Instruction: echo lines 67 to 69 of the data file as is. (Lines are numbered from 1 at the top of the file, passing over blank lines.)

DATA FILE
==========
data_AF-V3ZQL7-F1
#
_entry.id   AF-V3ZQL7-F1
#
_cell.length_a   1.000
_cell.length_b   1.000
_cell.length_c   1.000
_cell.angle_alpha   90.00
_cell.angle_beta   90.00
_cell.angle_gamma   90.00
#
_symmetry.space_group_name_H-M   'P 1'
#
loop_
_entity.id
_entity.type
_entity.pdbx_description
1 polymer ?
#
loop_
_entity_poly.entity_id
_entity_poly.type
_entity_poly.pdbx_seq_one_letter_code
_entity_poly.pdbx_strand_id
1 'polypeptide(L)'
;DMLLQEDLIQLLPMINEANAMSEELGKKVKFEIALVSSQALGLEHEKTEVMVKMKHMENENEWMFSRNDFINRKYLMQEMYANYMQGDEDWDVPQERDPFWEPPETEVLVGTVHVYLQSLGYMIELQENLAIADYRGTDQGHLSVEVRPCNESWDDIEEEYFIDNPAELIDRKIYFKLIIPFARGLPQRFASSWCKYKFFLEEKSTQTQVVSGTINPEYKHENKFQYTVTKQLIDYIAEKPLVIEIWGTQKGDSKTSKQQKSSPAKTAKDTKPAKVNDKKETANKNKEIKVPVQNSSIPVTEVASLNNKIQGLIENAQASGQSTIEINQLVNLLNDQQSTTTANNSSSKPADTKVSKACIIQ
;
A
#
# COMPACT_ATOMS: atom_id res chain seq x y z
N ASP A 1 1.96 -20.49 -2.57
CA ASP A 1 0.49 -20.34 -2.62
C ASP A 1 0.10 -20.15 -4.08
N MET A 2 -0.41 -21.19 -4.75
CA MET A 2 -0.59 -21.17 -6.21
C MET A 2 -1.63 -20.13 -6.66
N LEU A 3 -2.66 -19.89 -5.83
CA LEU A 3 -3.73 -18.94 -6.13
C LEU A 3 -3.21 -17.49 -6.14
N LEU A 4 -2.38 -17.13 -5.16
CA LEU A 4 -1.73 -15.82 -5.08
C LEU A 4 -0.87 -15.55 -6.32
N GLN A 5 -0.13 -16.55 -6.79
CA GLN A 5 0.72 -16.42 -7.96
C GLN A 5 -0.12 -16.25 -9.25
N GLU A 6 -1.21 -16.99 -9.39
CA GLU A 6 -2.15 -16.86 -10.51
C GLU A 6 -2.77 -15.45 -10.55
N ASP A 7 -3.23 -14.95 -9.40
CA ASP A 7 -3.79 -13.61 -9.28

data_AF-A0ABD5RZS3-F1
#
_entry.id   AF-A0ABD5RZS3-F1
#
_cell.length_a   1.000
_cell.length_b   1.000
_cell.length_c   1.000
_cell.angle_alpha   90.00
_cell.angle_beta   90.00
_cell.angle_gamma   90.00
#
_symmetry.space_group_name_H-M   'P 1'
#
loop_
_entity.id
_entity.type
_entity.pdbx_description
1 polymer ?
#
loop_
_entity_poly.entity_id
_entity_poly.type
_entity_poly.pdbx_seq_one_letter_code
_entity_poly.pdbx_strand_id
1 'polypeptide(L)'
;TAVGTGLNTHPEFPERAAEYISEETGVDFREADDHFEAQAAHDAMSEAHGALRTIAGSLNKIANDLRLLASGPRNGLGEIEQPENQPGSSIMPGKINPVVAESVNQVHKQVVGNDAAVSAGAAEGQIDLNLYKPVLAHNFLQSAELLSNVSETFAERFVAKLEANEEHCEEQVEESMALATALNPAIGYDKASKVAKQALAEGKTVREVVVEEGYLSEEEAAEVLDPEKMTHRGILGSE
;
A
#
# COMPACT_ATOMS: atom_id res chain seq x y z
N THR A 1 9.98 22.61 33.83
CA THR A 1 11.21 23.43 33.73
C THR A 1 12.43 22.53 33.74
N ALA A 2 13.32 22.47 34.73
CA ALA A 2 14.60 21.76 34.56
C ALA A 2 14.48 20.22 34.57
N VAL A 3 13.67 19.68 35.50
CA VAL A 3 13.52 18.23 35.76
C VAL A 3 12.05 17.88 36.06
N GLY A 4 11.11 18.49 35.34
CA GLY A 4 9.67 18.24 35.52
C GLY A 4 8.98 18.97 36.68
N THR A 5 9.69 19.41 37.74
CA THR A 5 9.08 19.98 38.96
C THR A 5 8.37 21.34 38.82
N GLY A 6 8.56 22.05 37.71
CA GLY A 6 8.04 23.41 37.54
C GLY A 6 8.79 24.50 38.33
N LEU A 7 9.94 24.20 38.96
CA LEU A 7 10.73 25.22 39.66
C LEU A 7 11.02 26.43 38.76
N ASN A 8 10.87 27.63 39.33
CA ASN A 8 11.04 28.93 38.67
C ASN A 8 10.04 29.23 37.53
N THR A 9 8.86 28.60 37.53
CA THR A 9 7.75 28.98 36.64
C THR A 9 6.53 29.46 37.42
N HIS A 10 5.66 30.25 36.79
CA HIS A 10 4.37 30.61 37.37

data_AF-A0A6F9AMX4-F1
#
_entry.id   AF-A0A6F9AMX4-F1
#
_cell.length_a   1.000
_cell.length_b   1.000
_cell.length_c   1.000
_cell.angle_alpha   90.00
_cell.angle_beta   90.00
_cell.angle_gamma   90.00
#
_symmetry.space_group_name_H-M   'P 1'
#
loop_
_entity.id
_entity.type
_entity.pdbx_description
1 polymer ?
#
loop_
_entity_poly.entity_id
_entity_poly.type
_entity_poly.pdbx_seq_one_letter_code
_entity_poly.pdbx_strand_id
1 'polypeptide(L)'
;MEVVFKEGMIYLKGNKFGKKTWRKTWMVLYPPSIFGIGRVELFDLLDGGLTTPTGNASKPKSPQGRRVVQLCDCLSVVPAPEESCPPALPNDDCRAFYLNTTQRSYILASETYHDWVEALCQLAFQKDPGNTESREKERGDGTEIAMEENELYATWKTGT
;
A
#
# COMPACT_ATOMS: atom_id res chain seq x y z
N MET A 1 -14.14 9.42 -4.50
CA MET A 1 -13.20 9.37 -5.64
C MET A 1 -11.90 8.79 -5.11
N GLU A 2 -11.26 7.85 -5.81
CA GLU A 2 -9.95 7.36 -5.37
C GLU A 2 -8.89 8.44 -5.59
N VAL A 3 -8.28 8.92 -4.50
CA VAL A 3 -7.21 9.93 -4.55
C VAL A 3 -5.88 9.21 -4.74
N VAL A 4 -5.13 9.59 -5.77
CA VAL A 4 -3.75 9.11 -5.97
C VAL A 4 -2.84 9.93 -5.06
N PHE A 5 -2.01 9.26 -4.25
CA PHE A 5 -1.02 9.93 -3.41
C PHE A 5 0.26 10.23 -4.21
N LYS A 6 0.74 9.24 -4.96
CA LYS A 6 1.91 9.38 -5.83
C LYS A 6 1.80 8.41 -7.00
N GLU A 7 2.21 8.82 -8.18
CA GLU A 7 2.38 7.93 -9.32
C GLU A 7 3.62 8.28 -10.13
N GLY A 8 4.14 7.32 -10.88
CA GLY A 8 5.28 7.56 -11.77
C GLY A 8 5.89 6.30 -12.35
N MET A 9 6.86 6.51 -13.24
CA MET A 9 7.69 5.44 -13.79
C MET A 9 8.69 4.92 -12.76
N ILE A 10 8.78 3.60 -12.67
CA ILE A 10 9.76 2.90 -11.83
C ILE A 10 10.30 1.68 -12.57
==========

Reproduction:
_entity.pdbx_description
1 polymer ?
#